Child Obesity and School Nutrition – Part III

What are the nutritional standards required for school districts participating in the National School Lunch Program (NSLP) and which foods schools are serving to meet these standards.

Looking at the nutrition standards for school meals document provided by the School Nutrition Association, it’s clear what the government requires of schools in terms of the food groups being served, the caloric minimums and maximums for each meal and age group, sodium, sugar, and fat reduction requirements, and access to free drinking water.

Schools participating in the NSLP must adhere to the following nutritional standards:

  • School breakfasts and lunches must include one half cup of fruits or vegetables but they must offer students one full cup if the student requests more
  • Schools must serve a range of legumes, dark green leafy vegetables, and red or orange vegetables every week.
  • All grains served must be at least 51% whole grain.
  • Meals must contain zero added trans fats, and saturated fats can only account for 10% of calories.
  • One cup of fat-free or 1% milk must be offered at each meal.
  • Free drinking water must be available at breakfast and lunch.

When it comes to caloric intake, school meals must meet the following minimums and maximums by age group

  • K-5 students must receive between 350-500 calories for breakfast and 550-650 calories for lunch.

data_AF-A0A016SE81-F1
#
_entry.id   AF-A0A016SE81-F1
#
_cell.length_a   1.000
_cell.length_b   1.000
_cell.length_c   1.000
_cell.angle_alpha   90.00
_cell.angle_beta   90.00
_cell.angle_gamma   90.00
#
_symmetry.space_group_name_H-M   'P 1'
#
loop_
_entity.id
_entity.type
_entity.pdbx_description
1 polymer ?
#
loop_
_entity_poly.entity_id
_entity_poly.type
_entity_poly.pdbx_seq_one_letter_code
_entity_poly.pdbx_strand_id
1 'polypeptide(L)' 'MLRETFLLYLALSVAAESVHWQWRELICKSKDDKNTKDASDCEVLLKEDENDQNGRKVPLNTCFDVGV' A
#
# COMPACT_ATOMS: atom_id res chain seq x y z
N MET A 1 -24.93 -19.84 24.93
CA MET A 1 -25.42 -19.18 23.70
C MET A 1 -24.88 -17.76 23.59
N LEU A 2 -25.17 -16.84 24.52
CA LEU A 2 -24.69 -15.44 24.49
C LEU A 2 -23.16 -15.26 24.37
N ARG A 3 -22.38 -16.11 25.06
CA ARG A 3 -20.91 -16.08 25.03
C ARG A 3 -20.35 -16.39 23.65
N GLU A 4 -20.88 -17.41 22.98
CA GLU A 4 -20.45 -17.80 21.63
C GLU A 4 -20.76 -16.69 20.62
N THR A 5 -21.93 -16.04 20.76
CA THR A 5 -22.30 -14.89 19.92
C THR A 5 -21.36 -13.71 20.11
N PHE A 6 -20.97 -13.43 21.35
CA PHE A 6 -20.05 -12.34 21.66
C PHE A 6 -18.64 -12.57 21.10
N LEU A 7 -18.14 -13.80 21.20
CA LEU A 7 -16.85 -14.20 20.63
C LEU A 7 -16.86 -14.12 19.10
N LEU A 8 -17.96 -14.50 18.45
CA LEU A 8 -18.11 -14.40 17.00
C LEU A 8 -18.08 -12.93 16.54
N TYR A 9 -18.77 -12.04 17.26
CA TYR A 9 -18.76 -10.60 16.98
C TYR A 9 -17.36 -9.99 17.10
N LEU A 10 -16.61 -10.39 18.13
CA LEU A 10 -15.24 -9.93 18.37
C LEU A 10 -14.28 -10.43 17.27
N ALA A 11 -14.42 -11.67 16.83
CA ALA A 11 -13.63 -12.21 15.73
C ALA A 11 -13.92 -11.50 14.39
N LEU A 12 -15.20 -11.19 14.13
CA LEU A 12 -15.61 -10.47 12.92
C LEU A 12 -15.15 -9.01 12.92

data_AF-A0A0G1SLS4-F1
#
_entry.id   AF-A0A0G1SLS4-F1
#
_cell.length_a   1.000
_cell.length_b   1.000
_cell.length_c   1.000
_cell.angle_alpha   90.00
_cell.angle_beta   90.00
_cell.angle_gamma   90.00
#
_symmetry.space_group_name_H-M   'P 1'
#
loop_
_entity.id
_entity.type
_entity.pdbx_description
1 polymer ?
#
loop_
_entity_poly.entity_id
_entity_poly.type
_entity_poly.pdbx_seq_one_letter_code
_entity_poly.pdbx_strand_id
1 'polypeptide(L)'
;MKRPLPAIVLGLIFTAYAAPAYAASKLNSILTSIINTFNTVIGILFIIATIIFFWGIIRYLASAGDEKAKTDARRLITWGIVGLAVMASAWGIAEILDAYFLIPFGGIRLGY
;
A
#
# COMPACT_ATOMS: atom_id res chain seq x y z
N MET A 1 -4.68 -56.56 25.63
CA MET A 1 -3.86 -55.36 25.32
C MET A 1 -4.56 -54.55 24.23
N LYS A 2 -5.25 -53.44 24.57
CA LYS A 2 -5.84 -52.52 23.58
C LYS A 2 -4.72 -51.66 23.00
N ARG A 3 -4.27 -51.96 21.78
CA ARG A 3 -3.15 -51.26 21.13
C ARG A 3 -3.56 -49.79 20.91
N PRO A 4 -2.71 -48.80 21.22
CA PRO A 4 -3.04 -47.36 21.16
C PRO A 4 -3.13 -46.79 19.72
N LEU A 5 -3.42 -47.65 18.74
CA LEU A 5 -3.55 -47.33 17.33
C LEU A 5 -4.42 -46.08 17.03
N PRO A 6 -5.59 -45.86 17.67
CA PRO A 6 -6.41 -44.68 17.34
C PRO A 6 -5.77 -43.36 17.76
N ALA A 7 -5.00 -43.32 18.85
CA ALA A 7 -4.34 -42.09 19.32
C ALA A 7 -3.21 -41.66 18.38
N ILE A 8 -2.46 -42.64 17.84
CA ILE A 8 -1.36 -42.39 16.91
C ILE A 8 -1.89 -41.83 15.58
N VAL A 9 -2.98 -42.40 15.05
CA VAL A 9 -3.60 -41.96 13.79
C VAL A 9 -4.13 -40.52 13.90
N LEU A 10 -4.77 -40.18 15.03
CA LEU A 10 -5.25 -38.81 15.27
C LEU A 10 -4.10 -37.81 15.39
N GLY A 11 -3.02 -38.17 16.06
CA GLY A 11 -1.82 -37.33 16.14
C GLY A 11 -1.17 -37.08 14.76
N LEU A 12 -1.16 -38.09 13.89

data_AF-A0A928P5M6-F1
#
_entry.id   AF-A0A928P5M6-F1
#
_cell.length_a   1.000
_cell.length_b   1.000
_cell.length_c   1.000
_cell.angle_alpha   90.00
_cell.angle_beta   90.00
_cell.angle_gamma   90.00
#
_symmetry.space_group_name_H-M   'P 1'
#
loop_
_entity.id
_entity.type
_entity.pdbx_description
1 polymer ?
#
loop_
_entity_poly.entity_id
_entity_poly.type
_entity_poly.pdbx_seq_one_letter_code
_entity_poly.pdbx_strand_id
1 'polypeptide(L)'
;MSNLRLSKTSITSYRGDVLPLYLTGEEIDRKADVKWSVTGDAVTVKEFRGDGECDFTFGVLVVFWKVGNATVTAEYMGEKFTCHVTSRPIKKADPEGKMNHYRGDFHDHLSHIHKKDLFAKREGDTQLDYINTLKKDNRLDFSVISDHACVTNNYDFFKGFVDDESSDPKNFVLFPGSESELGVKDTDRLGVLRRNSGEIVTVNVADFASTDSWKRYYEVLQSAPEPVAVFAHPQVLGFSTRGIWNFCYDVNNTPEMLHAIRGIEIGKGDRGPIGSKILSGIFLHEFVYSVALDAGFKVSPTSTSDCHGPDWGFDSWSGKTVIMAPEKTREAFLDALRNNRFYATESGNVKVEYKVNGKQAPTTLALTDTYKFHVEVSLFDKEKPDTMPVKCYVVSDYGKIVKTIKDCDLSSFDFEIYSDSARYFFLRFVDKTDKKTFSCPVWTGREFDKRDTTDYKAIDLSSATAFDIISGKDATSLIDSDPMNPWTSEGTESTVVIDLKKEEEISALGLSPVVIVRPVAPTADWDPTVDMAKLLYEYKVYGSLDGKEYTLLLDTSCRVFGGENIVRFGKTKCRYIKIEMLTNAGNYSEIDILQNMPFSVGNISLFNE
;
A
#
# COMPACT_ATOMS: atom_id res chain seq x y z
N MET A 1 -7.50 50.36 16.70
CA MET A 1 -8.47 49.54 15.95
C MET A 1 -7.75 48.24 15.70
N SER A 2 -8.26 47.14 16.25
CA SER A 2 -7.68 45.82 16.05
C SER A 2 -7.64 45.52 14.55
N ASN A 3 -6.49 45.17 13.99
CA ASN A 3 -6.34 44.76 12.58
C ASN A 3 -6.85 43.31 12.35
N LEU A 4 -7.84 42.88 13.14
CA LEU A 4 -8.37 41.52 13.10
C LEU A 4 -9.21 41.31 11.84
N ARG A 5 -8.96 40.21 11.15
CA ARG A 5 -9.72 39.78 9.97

• Grades 6-8 students must receive between 400-550 calories for breakfast and 600-700 calories for lunch.
  • Grades 9-12 students must receive between 450-600 calories for breakfast and 750-850 calories for lunch.

The following sodium intake standards are in place as of July 2022:

  • K-5 students must receive less than, or equal to, 430 mg at breakfast and 640 mg at lunch.
  • Grades 6-8 students must receive less than, or equal to, 470 mg at breakfast and 710 mg at lunch.
  • Grades 9-12 students must receive less than, or equal to, 500 mg at breakfast and 740 mg at lunch.

These meals can look drastically different between schools.  A school breakfast meeting these strict nutritional standards could include anything from a blueberry pancake wrap with sausage to a breakfast burrito with salsa, or a yogurt parfait with granola. A school lunch could include anything from chicken potpie with a biscuit and a salad, mini bean burritos on a whole wheat wrap with a salad and a side of fruit, or a chicken salad with a whole grain pita and an apple. The beauty of the program is that it allows districts to be creative in what they serve and how they serve it based on the wants and needs of local children.